Copyright 2000 American Medical Association. All Rights Reserved. Applicable FARS/DFARS Restrictions Apply to Government Use.2000
A 15-YEAR-OLD GIRL presented to her primary care physician with complaints of sore throat, odynophagia, and fever and symptoms of upper respiratory infection. A 7-day course of clarithromycin was prescribed for tonsillitis. Over the next 2 days, the patient continued to have severe odynophagia and fever (temperatures to 39°C) and then acutely developed mental status changes with hallucinations. She was taken to a local hospital for evaluation. She had an elevated white blood cell count, but normal results on her serum chemistry profile. Blood cultures were drawn, and tests for Lyme disease and Rocky Mountain spotted fever were negative. The results of a computed tomographic scan of the head and neck at that time were reportedly normal. With aggressive fluid resuscitation and intravenous penicillin therapy, the patient defervesced and her mental status returned to normal. She was discharged 24 hours after admission on a regimen of oral penicillin. The next day, she developed swelling and pain in the right side of her neck, with worsening odynophagia, and presented to our institution.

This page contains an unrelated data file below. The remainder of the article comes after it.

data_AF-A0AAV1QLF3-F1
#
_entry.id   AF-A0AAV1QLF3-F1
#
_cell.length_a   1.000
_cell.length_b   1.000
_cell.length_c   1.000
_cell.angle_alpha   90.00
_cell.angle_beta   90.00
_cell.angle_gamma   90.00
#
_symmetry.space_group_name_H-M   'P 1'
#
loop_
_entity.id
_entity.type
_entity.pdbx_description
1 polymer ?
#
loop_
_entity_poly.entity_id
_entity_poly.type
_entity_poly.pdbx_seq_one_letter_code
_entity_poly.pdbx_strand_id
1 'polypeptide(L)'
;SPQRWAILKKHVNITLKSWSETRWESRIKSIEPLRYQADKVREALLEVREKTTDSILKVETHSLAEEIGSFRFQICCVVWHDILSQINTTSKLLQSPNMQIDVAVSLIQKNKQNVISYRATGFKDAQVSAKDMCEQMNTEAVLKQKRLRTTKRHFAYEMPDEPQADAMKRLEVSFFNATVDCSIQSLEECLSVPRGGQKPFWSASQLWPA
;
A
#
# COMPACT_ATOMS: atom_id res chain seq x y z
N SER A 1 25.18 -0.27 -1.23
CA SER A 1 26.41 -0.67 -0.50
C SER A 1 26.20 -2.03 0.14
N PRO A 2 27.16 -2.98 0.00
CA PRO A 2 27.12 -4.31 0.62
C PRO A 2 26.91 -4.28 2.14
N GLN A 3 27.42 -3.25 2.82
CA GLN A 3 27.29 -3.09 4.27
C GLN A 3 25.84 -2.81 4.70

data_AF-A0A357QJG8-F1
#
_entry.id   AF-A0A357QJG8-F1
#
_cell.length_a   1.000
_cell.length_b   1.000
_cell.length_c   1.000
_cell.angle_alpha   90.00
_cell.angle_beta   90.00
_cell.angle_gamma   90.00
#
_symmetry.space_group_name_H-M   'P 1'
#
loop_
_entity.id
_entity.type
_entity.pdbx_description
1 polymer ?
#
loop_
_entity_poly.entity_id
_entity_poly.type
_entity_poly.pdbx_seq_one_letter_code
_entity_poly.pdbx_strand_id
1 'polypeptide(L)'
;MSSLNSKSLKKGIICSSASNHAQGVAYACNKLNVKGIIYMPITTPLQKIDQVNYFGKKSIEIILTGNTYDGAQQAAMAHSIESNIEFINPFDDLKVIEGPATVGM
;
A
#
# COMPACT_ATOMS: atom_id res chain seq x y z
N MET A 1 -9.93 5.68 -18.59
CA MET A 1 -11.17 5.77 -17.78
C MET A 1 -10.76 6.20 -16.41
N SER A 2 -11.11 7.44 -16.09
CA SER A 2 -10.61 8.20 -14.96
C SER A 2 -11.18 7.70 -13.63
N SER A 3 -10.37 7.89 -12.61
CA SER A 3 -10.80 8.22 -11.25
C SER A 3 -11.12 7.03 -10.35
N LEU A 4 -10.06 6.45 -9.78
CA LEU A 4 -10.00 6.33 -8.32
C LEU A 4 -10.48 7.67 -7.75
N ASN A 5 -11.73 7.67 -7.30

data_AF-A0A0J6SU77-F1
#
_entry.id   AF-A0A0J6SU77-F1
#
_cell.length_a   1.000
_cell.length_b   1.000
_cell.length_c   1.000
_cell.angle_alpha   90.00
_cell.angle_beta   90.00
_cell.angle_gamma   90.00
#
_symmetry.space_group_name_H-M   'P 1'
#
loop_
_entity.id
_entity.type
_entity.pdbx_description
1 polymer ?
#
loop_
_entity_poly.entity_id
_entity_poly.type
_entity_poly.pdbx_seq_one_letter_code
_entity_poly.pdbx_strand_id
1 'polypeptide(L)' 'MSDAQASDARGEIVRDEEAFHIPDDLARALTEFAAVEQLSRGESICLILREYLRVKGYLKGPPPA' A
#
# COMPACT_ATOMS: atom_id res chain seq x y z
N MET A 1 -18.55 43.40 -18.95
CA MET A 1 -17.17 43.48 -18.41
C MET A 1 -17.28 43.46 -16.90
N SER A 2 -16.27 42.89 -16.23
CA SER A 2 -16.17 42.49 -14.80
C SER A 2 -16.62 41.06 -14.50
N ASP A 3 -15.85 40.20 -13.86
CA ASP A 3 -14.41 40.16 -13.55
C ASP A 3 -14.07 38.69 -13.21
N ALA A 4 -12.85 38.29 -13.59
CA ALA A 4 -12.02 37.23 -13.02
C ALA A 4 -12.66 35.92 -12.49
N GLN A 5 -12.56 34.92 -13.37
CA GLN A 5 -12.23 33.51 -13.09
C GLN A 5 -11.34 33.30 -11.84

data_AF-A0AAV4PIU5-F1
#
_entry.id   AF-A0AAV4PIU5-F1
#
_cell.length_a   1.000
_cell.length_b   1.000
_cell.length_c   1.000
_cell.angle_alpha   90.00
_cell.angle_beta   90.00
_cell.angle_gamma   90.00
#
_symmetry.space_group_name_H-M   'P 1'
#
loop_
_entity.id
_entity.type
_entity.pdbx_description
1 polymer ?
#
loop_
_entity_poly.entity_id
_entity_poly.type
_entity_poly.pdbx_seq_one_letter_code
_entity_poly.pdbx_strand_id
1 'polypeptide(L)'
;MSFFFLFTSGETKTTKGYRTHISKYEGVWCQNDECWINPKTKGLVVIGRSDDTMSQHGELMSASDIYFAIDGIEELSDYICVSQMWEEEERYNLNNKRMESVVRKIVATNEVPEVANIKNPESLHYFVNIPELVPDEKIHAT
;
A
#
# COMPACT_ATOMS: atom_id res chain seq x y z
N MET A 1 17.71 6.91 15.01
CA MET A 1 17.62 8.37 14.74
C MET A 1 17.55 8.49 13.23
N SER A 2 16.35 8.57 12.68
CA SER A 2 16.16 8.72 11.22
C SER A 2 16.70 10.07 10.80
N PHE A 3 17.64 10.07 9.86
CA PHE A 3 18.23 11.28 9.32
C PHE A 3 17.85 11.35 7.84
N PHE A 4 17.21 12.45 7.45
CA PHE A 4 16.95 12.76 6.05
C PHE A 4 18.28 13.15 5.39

Holland BW, McGuirt WF. Imaging Quiz Case 2. Arch Otolaryngol Head Neck Surg. 2000;126(12):1500–1504. doi:
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